- Open areas -- Fannie and Freddie guidelines include open areas, like a cathedral ceiling over the living room, in their GLA.
- Below grade areas -- can be included if the appraiser can define consistent comparables with below grade and above grade areas, and they give reasonable cause.
- Finished attics with sloped ceilings -- are given the benefit of the doubt by Fannie and Freddie because the appraiser can't see into the comps to measure the finished space.
- Finished areas adjacent to unfinished areas -- is another area that's challenging for appraisers. Buyers might delay finishing a bonus room over the garage until years after their initial purchase.
So how do appraisers make adjustments to comps to simulate an apples-to-apple comparison?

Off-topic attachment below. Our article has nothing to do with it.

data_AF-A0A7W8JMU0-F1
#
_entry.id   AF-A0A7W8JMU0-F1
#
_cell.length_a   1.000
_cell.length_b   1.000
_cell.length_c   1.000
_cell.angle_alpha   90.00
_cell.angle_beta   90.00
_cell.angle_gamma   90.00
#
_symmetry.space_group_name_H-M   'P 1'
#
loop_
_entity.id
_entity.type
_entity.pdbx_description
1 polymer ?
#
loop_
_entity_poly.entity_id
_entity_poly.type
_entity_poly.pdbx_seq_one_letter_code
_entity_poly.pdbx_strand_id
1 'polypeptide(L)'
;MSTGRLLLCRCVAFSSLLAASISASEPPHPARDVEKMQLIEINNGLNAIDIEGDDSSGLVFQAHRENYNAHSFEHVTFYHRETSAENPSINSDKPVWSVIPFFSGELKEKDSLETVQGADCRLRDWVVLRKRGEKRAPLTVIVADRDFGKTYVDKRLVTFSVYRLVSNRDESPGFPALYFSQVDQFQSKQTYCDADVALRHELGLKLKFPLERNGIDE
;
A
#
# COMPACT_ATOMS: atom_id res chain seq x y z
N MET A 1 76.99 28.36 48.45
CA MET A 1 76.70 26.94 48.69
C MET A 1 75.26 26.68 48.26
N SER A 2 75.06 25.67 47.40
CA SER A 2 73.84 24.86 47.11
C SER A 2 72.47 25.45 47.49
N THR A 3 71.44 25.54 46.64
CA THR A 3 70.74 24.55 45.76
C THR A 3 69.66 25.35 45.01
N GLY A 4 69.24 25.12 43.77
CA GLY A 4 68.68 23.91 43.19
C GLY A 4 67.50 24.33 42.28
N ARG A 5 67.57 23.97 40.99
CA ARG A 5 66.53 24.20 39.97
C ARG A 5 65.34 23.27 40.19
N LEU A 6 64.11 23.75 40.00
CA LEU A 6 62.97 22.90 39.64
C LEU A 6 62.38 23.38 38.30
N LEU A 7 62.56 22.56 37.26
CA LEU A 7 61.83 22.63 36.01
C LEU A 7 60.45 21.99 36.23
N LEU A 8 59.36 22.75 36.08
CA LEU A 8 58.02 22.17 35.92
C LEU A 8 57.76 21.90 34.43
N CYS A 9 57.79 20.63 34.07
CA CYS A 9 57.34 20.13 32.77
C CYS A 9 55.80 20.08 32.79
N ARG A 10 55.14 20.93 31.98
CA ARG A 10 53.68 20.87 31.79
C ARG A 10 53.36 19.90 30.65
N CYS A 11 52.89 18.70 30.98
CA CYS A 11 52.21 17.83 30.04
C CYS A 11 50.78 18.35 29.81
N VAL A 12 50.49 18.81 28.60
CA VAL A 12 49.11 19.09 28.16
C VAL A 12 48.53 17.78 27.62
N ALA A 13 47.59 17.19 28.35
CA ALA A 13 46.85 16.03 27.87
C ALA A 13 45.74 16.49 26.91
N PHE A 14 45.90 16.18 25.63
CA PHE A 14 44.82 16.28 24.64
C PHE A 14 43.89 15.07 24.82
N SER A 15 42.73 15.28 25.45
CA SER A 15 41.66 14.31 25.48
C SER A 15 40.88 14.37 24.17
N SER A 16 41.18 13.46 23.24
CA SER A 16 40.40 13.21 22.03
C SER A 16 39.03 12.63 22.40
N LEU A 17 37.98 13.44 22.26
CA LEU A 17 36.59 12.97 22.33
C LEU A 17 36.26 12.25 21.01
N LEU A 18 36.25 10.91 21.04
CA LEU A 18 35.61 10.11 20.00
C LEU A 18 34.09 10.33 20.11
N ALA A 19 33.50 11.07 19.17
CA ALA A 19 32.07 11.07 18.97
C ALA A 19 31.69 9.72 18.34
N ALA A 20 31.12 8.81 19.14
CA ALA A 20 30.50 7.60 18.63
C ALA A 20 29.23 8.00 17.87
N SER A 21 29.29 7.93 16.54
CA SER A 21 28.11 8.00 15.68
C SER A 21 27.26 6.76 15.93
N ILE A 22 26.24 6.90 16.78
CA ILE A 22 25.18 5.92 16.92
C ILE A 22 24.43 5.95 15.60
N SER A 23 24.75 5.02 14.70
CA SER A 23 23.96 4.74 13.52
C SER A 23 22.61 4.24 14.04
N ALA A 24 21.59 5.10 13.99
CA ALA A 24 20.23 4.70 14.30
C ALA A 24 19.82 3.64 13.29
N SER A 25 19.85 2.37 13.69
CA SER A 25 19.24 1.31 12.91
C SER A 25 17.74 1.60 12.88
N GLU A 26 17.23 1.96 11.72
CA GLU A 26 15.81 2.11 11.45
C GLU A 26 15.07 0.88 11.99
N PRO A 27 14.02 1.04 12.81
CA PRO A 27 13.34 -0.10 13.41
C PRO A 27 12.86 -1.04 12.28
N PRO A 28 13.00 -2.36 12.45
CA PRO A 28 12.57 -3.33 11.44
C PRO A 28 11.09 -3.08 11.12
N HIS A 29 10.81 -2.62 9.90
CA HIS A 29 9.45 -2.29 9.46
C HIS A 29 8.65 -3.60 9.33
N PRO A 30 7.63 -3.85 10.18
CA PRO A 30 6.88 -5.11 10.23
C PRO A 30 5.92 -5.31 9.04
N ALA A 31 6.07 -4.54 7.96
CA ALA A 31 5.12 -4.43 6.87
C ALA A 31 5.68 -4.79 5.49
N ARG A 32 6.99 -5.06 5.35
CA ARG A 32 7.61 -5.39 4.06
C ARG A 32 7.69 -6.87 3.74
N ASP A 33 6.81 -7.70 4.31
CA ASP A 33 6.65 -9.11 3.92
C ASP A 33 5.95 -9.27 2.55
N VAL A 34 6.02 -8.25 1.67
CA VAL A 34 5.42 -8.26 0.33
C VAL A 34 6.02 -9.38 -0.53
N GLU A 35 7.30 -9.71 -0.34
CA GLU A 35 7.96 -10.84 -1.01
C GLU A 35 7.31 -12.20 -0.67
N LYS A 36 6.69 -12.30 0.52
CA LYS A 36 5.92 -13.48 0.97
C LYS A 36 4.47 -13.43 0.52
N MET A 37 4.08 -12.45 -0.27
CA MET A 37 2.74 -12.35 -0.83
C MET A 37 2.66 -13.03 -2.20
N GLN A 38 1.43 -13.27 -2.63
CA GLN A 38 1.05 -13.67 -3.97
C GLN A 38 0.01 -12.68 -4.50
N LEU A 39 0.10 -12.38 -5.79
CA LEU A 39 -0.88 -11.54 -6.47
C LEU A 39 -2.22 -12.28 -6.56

This is a question I researched for more than an hour without finding a clear answer. These are two articles that were provided good information but not enough for me to feel comfortable summarizing it here.
- SacrementoAppraisalBlog's, How Do Appraisers Come Up with Square Footage Adjustments -- explores the different ways to make GLA adjustments at a high level.
- AppraisalBiuzz.com's, In Search of “Perfect” Adjustment Factors -- does a nice job of laying out the cost adjustments for most of the appraisal items you'll see on your report.
Now that you understand what areas are included in your home's gross living area, you're ready to calculate this number for yourself. Alternatively you can find one of the documents listed above that gives you GLA. Here are